Tuesday, November 08, 2016

Can Everett worlds ever merge?

This post follows up an issue from my review of "The Many Worlds of Hugh Everett III", by Peter Byrne. From the Everett FAQ site.
"Assuming that we have a reversible machine intelligence to hand then the experiment consists of the machine making three reversible measurements of the spin of an electron (or polarisation of a photon).

(1) First it measures the spin along the z-axis. It records either spin "up" or spin "down" and notes this in its memory. This measurement acts just to prepare the electron in a definite state.

(2) Second it measures the spin along the x-axis and records either spin "left" or spin "right" and notes this in its memory. The machine now reverses the entire x-axis measurement - which must be possible, since physics is effectively reversible, if we can describe the measuring process physically - including reversibly erasing its memory of the second measurement.

(3) Third the machine takes a spin measurement along the z-axis. Again the machine makes a note of the result.

According to the Copenhagen interpretation the original (1) and final (3) z-axis spin measurements have only a 50% chance of agreeing because the intervention of the x-axis measurement by the conscious observer (the machine) caused the collapse of the electron's wavefunction.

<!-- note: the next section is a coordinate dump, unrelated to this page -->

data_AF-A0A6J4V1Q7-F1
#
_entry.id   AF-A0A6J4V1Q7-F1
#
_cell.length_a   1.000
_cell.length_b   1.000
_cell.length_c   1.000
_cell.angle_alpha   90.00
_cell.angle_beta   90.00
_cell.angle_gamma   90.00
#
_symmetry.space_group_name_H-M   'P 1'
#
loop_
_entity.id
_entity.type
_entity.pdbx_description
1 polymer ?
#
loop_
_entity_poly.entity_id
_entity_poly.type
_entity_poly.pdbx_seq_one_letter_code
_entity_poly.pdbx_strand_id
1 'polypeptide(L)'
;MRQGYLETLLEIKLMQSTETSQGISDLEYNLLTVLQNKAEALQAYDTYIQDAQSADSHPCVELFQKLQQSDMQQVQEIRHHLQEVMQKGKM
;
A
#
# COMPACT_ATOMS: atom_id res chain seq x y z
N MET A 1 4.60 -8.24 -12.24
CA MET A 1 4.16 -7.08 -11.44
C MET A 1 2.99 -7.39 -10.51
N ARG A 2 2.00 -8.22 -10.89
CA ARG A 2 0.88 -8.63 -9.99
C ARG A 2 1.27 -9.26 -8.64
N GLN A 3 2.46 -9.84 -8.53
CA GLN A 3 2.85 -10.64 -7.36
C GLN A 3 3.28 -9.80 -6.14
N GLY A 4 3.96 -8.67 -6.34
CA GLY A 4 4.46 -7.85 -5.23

According to many-worlds the first and third measurements will always agree, because there was no intermediate wavefunction collapse. The machine was split into two states or different worlds, by the second measurement; one where it observed the electron with spin "left"; one where it observed the electron with spin "right".

Hence when the machine reversed the second measurement these two worlds merged back together, restoring the original state of the electron 100% of the time.

Only by accepting the existence of the other Everett-worlds is this 100% restoration explicable."


  1. Yes this is well spotted. I think that it is Deutsch's original argument for experimental validation of MWI over the alternatives.

    It relies on an underspecified "reversible machine intelligence" which suffers from a kind of Alzheimers. Can the machine remove the record that it has removed all memory of the x-axis experiment? "I know I have erased memory of an experiment, so I cannot remember what the experiment was, hence the experiment never happened."

    A related topic is the "Delayed Choice Quantum Eraser" (q.v.) which applies to QM generally.

    So does all this give us merging and reverse time MWI (exclusively)?

    1. Actually Q40 in the quoted article gives the link to time reversibility in MWI:

      "What is lost by this approach is a unique past assigned to each future. If you time-evolve the world-we-now-see backwards in time you get a superposition of earlier starting worlds...."

      So our MWI Graph will indeed have backward trees as well. If the Big Bang is considered to be unique, then the MWI Graph could be rooted there, leading to alternative MWI Big Bangs?


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